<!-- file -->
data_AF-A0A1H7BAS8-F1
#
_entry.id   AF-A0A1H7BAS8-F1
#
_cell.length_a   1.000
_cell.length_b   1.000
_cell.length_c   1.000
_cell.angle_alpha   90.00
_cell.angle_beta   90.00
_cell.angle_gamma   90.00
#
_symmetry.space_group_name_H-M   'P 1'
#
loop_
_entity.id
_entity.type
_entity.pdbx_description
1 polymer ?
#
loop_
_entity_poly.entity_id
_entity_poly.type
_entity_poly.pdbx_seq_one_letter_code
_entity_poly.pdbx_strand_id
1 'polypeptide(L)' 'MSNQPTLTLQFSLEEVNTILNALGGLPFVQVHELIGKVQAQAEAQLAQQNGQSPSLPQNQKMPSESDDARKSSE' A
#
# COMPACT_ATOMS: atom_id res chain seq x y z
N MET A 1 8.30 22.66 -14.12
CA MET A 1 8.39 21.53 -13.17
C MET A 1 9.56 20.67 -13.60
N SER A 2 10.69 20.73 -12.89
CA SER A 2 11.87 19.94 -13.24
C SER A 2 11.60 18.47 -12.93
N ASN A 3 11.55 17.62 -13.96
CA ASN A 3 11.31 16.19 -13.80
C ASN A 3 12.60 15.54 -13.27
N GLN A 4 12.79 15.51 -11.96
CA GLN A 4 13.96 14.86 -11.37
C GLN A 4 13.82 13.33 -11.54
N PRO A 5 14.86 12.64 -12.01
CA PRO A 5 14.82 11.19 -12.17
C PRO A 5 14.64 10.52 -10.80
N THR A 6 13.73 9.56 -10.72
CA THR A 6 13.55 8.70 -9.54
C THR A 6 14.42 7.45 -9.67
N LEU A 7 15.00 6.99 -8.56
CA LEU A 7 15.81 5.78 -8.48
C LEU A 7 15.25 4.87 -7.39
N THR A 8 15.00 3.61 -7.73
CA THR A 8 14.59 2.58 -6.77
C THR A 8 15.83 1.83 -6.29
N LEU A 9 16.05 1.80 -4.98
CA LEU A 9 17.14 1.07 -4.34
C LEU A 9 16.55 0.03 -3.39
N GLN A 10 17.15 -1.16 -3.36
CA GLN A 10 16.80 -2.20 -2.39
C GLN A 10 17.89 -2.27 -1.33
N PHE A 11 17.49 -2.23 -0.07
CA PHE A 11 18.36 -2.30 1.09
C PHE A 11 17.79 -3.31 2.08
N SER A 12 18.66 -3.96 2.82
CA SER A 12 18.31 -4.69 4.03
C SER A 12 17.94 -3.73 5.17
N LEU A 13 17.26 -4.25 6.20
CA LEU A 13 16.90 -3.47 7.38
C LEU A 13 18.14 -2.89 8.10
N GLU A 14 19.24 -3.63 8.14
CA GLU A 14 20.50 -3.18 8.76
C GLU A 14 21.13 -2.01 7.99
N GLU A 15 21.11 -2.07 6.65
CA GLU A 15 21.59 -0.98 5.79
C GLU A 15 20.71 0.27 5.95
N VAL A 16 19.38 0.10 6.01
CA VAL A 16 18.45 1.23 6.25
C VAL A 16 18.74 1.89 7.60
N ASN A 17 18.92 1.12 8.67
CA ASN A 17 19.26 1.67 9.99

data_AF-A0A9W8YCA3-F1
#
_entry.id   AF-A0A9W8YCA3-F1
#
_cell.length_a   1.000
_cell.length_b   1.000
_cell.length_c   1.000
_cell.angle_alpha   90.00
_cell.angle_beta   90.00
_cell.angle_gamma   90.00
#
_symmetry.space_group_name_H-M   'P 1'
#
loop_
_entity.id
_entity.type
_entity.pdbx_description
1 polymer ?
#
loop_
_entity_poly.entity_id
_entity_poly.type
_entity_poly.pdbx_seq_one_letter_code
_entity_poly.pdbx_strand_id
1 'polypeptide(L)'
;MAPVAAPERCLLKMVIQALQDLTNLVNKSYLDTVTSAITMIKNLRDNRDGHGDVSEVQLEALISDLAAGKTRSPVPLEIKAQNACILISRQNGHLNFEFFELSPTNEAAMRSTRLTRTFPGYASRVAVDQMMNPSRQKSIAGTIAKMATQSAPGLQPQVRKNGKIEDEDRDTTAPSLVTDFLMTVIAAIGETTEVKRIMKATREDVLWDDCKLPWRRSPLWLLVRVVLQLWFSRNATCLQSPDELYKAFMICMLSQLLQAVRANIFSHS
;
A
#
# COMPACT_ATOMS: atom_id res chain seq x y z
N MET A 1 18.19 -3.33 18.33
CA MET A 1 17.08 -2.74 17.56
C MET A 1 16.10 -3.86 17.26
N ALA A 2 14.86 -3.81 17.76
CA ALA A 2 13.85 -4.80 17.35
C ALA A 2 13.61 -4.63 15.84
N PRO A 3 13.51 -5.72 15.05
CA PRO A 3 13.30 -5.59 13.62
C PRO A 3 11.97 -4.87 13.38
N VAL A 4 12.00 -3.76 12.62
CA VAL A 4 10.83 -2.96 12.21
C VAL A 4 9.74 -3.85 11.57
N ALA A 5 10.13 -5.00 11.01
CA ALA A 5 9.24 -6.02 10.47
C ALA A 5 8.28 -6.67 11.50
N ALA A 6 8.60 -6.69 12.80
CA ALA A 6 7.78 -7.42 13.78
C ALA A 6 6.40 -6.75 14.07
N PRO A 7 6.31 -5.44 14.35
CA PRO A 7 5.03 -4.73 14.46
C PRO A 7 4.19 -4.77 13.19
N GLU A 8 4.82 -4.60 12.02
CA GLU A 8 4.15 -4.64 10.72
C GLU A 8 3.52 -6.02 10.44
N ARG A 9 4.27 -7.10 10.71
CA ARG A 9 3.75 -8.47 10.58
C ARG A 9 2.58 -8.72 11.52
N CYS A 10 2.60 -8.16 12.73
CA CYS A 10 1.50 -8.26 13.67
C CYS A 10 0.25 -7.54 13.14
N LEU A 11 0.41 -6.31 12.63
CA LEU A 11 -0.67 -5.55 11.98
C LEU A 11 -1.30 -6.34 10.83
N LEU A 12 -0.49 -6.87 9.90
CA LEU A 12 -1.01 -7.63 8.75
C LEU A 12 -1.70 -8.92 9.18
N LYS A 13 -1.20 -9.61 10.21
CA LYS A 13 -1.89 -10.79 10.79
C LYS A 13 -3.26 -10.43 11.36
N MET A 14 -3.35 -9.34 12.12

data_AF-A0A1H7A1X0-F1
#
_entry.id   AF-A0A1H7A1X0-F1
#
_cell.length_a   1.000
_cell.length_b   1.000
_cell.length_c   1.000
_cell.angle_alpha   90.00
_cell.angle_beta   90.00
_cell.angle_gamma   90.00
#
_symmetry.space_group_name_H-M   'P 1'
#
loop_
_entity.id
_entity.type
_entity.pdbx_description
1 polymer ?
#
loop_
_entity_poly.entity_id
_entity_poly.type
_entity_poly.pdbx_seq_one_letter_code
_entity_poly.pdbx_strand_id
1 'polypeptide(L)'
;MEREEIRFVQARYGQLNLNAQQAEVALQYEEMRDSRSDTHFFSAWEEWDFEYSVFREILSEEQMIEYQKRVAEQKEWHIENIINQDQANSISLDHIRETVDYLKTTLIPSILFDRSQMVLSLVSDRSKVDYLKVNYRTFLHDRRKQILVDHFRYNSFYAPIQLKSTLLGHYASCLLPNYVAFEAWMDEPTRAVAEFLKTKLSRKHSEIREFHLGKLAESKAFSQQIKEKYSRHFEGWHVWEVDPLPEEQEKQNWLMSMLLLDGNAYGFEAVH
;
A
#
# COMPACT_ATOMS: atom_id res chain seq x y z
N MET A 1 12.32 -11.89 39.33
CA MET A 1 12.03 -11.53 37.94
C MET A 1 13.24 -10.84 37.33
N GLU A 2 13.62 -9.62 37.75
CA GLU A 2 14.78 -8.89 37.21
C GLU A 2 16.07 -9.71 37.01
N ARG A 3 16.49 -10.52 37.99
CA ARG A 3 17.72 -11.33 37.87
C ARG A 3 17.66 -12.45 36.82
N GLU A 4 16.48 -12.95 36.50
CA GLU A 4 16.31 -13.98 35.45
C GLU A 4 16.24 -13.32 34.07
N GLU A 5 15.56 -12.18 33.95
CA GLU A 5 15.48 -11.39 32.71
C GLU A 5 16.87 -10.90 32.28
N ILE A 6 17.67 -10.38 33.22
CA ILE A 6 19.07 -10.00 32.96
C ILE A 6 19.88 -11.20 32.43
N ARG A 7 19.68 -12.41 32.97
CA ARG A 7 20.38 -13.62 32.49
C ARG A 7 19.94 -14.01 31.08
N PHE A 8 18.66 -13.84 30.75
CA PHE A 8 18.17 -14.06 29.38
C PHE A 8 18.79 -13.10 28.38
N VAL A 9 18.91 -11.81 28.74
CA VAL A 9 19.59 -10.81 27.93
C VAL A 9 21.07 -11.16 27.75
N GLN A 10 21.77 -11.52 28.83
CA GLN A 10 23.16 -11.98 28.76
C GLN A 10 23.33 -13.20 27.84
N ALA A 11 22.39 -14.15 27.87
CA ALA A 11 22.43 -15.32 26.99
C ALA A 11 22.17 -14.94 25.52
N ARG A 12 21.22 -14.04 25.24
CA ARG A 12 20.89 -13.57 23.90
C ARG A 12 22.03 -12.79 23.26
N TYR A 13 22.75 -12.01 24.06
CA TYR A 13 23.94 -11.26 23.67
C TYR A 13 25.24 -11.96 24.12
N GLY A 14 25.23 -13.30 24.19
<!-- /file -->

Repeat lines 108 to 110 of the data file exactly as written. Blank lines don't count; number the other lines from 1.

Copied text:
N MET A 1 18.19 -3.33 18.33
CA MET A 1 17.08 -2.74 17.56
C MET A 1 16.10 -3.86 17.26